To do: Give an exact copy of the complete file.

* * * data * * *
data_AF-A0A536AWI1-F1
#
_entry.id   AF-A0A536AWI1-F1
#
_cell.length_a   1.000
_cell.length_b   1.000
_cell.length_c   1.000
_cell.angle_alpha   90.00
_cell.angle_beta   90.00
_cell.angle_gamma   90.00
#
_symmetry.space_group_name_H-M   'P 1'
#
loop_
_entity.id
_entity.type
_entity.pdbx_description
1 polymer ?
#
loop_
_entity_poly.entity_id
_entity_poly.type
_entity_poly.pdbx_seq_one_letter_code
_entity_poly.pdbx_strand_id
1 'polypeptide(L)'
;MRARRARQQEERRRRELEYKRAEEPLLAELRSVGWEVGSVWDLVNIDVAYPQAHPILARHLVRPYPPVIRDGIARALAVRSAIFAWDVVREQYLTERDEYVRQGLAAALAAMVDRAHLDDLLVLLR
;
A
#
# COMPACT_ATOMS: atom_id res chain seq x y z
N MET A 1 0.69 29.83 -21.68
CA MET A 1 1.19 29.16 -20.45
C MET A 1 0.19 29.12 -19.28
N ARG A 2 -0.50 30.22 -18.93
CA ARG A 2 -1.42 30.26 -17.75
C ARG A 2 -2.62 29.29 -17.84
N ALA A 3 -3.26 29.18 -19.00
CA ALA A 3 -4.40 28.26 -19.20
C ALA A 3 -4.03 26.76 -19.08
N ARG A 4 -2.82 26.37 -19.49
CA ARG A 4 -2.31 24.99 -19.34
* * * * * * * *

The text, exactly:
data_AF-A0A536AWI1-F1
#
_entry.id   AF-A0A536AWI1-F1
#
_cell.length_a   1.000
_cell.length_b   1.000
_cell.length_c   1.000
_cell.angle_alpha   90.00
_cell.angle_beta   90.00
_cell.angle_gamma   90.00
#
_symmetry.space_group_name_H-M   'P 1'
#
loop_
_entity.id
_entity.type
_entity.pdbx_description
1 polymer ?
#
loop_
_entity_poly.entity_id
_entity_poly.type
_entity_poly.pdbx_seq_one_letter_code
_entity_poly.pdbx_strand_id
1 'polypeptide(L)'
;MRARRARQQEERRRRELEYKRAEEPLLAELRSVGWEVGSVWDLVNIDVAYPQAHPILARHLVRPYPPVIRDGIARALAVRSAIFAWDVVREQYLTERDEYVRQGLAAALAAMVDRAHLDDLLVLLR
;
A
#
# COMPACT_ATOMS: atom_id res chain seq x y z
N MET A 1 0.69 29.83 -21.68
CA MET A 1 1.19 29.16 -20.45
C MET A 1 0.19 29.12 -19.28
N ARG A 2 -0.50 30.22 -18.93
CA ARG A 2 -1.42 30.26 -17.75
C ARG A 2 -2.62 29.29 -17.84
N ALA A 3 -3.26 29.18 -19.00
CA ALA A 3 -4.40 28.26 -19.20
C ALA A 3 -4.03 26.76 -19.08
N ARG A 4 -2.82 26.37 -19.49
CA ARG A 4 -2.31 24.99 -19.34